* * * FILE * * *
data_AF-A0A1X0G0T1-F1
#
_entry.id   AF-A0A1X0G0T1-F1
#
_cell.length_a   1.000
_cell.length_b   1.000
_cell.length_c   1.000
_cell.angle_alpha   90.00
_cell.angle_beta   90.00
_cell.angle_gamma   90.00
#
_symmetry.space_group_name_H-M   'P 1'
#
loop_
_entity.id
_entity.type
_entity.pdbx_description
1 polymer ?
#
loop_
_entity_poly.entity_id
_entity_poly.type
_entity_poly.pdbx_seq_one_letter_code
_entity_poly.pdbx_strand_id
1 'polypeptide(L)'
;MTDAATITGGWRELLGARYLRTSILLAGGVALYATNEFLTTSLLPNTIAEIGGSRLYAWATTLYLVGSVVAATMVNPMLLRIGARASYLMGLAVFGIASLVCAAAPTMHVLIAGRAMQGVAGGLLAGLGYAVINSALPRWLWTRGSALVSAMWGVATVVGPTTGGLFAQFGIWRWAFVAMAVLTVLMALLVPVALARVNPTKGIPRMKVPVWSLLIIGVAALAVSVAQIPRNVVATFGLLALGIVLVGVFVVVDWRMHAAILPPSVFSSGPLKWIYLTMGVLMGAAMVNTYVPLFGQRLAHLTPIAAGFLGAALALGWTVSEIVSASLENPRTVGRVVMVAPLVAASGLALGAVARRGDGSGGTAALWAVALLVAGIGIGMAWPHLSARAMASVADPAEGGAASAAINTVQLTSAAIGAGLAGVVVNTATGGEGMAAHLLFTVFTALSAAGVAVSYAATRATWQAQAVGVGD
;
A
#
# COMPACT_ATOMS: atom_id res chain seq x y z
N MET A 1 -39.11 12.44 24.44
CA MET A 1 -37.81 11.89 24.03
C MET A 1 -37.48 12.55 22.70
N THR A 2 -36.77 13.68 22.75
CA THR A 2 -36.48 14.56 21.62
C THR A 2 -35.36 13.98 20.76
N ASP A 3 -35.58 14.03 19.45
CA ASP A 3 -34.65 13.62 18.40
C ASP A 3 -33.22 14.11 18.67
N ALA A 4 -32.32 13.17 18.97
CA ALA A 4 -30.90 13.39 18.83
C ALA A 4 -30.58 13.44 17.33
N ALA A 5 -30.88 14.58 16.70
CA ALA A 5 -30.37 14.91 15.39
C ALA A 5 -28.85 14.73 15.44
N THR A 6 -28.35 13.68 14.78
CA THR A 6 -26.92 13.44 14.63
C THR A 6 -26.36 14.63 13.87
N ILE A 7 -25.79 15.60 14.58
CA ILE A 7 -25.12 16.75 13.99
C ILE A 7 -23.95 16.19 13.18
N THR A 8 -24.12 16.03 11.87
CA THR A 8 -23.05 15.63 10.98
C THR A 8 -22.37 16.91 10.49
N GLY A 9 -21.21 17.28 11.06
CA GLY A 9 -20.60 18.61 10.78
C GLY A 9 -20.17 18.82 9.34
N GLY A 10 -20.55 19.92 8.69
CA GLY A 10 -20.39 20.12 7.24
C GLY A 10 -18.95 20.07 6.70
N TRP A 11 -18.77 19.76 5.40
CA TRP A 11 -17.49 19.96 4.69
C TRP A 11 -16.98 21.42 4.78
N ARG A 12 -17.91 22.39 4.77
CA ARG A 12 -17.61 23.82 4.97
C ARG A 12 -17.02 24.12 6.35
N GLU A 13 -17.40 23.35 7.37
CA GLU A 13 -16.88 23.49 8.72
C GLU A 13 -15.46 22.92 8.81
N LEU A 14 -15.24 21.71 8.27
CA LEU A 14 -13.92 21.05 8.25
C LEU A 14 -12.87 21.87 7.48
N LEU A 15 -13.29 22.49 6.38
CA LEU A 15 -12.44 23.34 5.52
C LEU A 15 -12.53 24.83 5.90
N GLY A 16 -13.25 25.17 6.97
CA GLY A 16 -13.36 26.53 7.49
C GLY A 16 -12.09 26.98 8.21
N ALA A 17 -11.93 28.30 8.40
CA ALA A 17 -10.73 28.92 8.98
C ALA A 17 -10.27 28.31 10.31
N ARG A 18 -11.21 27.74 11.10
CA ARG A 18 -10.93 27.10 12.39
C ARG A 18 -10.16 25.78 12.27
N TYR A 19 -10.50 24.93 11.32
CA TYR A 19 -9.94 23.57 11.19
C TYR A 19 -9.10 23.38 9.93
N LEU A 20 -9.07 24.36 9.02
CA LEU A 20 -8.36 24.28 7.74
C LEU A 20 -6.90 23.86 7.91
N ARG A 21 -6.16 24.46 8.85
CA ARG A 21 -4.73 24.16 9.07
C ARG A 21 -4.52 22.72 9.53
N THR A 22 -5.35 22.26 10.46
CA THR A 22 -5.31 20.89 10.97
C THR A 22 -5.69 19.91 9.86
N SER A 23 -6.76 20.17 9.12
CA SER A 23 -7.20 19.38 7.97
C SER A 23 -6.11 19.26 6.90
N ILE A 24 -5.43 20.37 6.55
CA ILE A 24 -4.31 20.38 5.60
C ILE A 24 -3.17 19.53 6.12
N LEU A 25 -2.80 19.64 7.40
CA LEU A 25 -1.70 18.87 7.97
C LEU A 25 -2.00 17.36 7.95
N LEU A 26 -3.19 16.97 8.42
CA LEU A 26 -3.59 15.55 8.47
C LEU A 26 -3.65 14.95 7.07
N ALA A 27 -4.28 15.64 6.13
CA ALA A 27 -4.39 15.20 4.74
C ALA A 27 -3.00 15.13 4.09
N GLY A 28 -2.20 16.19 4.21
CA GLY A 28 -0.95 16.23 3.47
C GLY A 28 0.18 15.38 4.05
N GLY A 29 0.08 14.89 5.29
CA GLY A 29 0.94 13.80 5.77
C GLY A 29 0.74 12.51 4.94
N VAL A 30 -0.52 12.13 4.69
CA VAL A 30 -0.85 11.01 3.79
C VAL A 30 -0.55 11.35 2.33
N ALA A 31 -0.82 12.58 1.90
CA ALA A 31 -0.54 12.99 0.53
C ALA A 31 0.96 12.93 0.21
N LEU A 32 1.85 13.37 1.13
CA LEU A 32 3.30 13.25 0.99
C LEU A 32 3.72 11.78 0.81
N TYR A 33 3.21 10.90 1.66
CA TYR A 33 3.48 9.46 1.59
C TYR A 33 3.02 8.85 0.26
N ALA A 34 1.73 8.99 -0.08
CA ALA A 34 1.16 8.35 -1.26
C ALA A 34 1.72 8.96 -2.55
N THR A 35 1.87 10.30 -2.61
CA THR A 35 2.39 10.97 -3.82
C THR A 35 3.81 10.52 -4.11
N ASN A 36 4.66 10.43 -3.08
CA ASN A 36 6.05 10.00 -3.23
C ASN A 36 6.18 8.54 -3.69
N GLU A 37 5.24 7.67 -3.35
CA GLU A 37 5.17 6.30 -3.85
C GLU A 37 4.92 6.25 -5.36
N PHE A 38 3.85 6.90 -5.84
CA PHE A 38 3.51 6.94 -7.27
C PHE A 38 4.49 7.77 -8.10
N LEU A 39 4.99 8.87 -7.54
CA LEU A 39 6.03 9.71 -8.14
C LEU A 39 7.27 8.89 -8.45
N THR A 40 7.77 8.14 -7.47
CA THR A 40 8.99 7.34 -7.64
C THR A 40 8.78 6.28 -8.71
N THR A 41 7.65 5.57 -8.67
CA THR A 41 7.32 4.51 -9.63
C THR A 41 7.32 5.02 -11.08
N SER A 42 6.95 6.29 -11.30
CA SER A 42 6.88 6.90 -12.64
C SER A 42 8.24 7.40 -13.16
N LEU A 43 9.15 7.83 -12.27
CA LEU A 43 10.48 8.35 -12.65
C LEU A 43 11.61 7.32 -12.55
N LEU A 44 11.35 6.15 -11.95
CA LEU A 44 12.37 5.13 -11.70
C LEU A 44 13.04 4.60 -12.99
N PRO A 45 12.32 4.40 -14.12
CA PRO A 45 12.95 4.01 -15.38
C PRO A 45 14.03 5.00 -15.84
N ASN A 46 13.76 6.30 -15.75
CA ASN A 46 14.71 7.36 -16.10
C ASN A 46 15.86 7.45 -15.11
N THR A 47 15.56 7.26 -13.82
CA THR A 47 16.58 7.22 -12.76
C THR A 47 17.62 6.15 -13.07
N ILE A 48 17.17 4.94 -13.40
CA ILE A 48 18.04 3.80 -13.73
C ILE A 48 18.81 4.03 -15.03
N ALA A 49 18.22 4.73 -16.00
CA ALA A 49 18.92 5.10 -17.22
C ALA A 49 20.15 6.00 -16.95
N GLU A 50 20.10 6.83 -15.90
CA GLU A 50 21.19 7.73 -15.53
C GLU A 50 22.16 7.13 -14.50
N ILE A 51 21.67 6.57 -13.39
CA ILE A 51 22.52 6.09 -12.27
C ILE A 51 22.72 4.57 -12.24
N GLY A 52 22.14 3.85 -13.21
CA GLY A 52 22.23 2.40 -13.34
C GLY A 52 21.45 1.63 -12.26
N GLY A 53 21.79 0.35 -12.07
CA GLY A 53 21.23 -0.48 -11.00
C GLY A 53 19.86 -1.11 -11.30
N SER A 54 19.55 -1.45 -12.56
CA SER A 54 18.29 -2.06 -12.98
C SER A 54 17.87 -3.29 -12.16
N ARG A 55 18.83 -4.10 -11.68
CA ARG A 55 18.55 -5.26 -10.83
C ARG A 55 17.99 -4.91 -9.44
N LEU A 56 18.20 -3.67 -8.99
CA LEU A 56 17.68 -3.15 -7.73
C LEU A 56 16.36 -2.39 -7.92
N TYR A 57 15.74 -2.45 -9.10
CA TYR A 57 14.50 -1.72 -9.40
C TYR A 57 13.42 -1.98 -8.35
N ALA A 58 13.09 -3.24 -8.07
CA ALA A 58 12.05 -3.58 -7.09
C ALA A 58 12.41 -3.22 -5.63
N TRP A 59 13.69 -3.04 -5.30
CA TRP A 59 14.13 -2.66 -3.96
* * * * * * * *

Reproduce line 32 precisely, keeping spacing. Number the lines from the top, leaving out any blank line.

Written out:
CA MET A 1 -37.81 11.89 24.03